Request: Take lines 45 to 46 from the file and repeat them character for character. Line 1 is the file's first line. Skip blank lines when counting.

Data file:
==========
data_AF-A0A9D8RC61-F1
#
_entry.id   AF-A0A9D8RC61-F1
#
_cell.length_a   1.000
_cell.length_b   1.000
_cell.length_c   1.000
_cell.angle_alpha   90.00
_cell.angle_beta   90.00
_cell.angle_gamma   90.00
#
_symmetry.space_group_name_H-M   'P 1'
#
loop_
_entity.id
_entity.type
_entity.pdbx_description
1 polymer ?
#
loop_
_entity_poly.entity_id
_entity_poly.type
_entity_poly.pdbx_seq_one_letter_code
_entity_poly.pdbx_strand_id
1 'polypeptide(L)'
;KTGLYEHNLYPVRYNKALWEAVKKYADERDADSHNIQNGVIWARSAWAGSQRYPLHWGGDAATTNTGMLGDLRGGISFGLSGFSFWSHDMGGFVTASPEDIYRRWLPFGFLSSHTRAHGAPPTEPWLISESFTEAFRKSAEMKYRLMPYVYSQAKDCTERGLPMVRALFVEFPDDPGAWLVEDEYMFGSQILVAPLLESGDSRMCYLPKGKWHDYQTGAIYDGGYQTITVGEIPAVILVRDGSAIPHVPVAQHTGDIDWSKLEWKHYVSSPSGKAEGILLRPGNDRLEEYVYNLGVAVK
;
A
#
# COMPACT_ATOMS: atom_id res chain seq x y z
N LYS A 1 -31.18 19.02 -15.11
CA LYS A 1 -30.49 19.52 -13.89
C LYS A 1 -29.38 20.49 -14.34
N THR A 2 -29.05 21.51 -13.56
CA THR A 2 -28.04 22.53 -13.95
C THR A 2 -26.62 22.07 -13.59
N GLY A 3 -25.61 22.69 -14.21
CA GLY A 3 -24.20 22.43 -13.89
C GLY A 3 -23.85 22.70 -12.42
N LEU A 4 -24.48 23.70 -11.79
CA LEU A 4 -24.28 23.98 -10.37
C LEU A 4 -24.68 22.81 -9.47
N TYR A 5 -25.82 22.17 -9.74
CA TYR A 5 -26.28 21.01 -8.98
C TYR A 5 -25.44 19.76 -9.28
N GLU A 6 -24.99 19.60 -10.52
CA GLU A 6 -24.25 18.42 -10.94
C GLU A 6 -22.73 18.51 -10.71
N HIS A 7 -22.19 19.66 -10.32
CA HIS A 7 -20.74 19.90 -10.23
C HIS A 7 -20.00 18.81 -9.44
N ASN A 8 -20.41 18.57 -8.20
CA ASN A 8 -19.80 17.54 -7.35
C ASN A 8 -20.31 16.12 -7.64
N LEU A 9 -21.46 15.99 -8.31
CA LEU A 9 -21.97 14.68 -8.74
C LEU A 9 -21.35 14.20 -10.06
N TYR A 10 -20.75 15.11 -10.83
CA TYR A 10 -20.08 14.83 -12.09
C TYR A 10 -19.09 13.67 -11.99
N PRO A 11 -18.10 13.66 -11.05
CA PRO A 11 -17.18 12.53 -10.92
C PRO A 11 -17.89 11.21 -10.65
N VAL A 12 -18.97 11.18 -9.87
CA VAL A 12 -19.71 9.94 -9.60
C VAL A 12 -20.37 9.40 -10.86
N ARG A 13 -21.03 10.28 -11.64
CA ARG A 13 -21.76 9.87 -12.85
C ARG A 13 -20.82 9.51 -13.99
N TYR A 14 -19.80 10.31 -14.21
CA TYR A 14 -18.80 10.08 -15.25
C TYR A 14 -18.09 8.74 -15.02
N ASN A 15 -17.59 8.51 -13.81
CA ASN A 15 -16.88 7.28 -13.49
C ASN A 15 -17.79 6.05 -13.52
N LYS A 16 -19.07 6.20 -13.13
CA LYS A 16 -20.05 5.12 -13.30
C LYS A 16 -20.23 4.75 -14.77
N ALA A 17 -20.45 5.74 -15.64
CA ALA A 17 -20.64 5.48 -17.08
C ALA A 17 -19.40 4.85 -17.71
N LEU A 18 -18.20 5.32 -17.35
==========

C TYR A 5 -25.44 19.76 -9.28
N GLU A 6 -24.99 19.60 -10.52